“I felt the same feeling — a cold, slithering feeling sliding up my shoulder across my neck,” Mr Mason told the ABC.
A snake catcher who likewise returned to the property to help deal with the nocturnal visitor confirmed it was the same snake on both occasions.
Two days ago, Mr Mason was bitten by the python, which is thankfully non-venomous.
Mr Mason said he knew exactly what to do when the snake made a return visit.
“I slid out under the sheet but then the snake was headed for my sleeping wife and I thought I better wake her up and tell her about the event,” he said.
The snake escaped under the bed but Mr Mason said he picked it up and put it in a container because he knew it was not poisonous.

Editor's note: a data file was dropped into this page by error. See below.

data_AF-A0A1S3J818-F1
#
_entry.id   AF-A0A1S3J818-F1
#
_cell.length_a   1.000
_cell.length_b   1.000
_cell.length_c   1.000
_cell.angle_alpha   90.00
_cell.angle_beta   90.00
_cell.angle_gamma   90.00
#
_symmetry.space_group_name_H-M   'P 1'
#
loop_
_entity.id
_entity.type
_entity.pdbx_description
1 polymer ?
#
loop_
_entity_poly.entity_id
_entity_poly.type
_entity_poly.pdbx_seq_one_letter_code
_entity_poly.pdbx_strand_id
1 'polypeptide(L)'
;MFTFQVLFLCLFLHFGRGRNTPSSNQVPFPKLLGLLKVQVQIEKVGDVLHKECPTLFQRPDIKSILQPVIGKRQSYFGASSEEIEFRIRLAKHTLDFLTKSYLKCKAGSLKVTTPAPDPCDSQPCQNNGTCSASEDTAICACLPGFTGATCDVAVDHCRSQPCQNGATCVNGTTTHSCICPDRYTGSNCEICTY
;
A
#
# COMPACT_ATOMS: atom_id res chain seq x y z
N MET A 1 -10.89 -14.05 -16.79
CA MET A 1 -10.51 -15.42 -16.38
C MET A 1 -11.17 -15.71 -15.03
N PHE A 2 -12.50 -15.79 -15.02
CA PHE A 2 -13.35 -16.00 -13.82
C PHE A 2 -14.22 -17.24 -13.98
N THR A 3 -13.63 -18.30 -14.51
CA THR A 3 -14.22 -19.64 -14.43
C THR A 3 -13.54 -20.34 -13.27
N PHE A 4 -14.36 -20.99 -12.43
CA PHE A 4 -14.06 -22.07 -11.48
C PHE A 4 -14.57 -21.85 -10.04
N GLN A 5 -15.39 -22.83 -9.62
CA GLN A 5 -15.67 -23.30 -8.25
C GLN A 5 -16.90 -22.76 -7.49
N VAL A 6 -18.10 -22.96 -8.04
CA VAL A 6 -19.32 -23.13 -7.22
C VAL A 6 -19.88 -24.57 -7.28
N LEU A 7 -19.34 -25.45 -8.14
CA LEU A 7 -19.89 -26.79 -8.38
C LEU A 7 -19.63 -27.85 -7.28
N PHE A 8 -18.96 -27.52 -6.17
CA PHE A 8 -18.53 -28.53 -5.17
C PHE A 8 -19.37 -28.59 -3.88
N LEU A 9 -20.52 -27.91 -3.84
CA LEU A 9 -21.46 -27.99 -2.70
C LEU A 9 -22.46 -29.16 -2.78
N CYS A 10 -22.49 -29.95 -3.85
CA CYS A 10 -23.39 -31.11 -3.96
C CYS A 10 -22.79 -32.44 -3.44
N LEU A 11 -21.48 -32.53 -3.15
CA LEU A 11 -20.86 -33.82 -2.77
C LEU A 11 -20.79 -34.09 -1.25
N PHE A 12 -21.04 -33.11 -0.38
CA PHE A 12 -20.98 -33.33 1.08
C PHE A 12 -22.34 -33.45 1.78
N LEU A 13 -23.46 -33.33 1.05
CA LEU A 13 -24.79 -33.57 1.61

“The snake and I are still good friends, no-one got hurt.”
The snake had slithered back from the nearby reserve where it was released after its first visit to the Masons’ home on Wednesday.
Veteran snake catcher David Farrimond said it was definitely the same reptile.
“There’s a mark just on the top of the back of its head — a little white fleck on one of the pattern marks which is identical to the photo he took the other day,” he said.
Mr Farrimond said carpet pythons were the snakes he saw most frequently across Brisbane.
“I’ve caught them right in the middle of town in Ann Street, so to find one anywhere else really is just normal.”
He said this time he would seek a new home for the snake that was a little further away from the Mason residence.
Mr Mason said he hoped this was the last he saw of his reptilian friend so he might finally get a good night’s sleep.
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